Since the early days of tailgate events, a wide variety of Chickasaw Nation food distribution programs have been implemented; such as summer feeding programs for school-aged children, Farmers Market programs, nutrition education, expanded WIC services, and recently, "Farmers to Families.” In collaboration with the Regional Food Bank of Oklahoma, the Chickasaw Nation provided more than 375,000 pounds of food through "Farmers to Families" events in 13 communities, serving almost 8,500 families during the COVID-19 pandemic.
Newsom said many of these programs began as sublime ideas envisioned during staff brainstorming sessions.
“That is one of the wonderful things about the Chickasaw Nation. If you can dream it from the perspective of ‘does this enhance the overall quality of life of the Chickasaw people,’ then there is a good chance it becomes a reality, because we’ve seen it. We asked, ‘What if we did this? Is that possible?’ and made it happen. It’s staggering what is available. It is just amazing,” Newsom said.
The Farmers Market program is an example of a program that has expanded from being seasonal to meeting the nutrition needs of elders year-round.
The program provides Chickasaws and other First Americans funds for the purchase of fresh fruits and vegetables at authorized farmers markets throughout the Chickasaw Nation. It expanded to provide Chickasaw elders, Chickasaw Warrior Society members and disabled citizens with monthly winter fruit and vegetable packages.
“If an elder can drive to one of our locations, they can pick up a package. In Ardmore, there is a sizable group that comes in from Texas. It’s been fun to see how it’s grown and expanded.”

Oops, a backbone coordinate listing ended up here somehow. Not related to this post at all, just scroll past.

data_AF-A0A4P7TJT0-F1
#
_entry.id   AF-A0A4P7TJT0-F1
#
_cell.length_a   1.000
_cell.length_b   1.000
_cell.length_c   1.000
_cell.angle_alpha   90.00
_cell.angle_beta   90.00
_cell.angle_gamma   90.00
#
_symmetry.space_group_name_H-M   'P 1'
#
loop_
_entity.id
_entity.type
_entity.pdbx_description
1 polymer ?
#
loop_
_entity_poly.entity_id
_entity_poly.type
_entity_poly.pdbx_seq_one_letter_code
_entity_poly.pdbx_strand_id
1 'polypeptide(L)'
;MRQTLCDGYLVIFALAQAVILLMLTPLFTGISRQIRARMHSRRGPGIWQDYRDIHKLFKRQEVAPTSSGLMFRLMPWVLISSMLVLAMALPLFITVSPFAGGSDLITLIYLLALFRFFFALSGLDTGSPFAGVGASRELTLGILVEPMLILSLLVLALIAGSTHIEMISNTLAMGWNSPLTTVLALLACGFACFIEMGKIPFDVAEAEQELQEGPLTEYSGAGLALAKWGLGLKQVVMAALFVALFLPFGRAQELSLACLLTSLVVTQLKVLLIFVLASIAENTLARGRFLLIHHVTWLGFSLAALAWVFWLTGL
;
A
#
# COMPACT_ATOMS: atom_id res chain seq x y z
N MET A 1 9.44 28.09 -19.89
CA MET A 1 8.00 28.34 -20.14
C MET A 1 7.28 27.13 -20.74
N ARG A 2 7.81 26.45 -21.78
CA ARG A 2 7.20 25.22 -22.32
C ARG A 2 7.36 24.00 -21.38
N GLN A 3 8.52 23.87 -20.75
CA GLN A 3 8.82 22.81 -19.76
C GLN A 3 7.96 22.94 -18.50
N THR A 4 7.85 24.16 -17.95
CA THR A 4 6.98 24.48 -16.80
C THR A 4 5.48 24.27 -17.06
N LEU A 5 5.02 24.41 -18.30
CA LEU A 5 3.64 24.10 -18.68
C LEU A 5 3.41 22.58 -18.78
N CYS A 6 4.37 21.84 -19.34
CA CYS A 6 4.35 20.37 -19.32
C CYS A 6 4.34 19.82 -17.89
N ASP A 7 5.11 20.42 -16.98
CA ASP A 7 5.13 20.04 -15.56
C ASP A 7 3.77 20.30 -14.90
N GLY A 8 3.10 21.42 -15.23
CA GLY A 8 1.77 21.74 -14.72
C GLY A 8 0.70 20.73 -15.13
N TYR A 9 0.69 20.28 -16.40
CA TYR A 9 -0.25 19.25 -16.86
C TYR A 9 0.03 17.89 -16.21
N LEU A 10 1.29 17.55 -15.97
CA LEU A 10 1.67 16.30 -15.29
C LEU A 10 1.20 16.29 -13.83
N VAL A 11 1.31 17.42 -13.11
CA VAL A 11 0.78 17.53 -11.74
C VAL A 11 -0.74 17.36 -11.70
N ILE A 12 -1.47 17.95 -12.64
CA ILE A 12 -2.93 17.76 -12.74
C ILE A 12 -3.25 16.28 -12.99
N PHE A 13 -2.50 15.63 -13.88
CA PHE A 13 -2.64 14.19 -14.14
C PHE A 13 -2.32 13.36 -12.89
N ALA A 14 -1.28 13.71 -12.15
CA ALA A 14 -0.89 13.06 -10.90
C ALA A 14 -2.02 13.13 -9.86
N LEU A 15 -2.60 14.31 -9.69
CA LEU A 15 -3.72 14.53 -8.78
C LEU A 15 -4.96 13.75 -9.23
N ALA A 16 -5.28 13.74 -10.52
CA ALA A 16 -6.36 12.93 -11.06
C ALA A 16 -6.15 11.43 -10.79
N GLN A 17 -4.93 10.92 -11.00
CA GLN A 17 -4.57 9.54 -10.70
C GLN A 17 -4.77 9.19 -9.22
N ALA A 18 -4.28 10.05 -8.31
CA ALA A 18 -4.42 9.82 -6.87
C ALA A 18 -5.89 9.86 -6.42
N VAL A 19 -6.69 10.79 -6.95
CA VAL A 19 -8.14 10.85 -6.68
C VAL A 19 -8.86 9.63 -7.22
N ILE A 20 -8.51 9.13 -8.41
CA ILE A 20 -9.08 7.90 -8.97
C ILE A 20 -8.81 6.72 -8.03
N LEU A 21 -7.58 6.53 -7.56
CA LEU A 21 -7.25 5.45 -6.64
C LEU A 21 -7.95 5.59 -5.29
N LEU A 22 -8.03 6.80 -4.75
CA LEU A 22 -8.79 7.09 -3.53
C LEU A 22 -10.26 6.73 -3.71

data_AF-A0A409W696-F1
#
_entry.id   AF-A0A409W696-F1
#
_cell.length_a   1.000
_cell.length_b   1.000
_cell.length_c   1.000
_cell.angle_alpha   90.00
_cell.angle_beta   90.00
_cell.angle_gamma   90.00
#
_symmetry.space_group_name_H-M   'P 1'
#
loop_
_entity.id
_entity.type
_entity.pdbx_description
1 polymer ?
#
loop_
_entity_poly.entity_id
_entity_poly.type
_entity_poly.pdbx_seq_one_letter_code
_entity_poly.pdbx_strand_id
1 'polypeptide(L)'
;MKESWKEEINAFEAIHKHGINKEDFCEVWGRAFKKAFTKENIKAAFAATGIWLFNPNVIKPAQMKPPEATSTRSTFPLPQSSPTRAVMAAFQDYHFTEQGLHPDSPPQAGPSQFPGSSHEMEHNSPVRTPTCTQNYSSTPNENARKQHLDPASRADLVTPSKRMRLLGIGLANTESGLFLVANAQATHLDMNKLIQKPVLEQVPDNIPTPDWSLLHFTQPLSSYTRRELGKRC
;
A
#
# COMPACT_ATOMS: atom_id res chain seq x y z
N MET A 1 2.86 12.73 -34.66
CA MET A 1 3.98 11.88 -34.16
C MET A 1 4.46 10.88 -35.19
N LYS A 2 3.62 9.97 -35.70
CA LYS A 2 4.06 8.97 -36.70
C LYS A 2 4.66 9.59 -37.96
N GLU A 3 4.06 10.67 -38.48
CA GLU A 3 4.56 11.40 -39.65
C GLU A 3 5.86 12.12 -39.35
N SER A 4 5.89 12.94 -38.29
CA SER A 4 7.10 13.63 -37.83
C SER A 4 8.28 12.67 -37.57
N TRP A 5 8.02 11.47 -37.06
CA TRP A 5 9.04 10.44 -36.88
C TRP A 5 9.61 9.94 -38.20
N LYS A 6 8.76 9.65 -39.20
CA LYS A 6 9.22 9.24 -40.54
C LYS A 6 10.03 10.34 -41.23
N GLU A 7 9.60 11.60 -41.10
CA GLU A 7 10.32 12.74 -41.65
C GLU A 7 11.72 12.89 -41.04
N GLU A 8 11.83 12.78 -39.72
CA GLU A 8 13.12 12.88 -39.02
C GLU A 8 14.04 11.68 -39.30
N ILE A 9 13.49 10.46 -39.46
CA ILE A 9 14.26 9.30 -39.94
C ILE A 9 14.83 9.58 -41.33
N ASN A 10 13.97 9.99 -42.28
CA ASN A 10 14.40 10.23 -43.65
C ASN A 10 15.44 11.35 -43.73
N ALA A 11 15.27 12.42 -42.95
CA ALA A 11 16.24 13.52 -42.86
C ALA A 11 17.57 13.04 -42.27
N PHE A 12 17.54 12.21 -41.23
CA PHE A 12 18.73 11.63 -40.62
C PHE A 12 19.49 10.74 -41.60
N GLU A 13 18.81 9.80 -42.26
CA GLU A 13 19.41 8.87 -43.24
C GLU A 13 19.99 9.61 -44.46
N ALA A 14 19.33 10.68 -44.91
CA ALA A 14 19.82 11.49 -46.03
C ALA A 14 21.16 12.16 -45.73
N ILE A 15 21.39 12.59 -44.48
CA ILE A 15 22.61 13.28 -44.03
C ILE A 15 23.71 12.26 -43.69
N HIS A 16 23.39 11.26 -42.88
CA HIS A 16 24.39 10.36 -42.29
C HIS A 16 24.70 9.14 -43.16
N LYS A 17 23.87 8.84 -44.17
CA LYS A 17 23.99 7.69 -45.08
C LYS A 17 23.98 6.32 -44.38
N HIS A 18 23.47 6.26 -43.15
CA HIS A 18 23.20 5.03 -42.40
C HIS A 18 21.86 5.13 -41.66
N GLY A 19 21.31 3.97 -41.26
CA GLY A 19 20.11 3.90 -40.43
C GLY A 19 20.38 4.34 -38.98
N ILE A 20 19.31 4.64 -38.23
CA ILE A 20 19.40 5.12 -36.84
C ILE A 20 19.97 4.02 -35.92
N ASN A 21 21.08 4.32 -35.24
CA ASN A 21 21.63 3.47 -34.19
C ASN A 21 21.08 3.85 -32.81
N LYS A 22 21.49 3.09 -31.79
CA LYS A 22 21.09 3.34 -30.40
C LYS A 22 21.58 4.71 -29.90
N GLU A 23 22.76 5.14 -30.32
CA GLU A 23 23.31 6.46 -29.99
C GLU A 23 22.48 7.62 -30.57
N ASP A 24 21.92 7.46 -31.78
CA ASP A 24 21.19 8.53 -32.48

Oklahoma City and Tulsa were also recently added as pick up sites, she said.
Developing the FutureAlthough she retired in June 2020, Newsom is busy working with the Chickasaw Nation on special projects; including the development of a grocery pick up app for the food distribution centers.
“We have been testing it for several months,” she said.
Once the app is launched, staff will pull the client’s order, load it and have it ready for curbside delivery. COVID-19 precautions beginning March 2020 allowed for a trial run, and the delivery process was altered to allow for responsible distancing.
“Since (the pandemic), staff is calling clients, finding out what they want and scheduling a pick up time. Even through the new process, staff can order for the client if they are not able. The client will receive an email or text notification when it’s pick up time,” she explained.
Newsom is grateful to continue to work on this special project that was just a lofty goal a few years ago.
“I am just excited to be able to work on these projects and really dedicate some time to them, to see if we can pull this off and make this happen.”
Fulfilling the mission of the Chickasaw Nation continues to motivate Newsom.
“I’m just so grateful that I had the opportunity to be part of the Chickasaw Nation and to live the mission, and to work with so many people who have that servant heart and want to serve people and help. Chickasaw Nation employees don’t just speak it, they live it and they put it into action.”
A lifelong Ardmore native, Newsom has a son and a daughter who live in the area, as well as five grandchildren and three great-grandchildren.
“Grandma status, it is so much fun,” she chuckled.
She appreciates the Chickasaw Nation programs that her children and grandchildren have been able to access.
“My children got to participate in the Summer Youth program and we thought that was just incredible. Now, my oldest grandson graduated with his associates. He works part-time for the Chickasaw Nation, and between his grants through the Chickasaw Nation and his employment, he was able to graduate debt free.
“It is just staggering that things have developed and grown over the years,” she said.
Asked if she envisioned her career path evolving the way it did, she answered, “Absolutely not. You just think you are going in and working and doing your job. Then you look back and see we really were able to have an impact on lives.”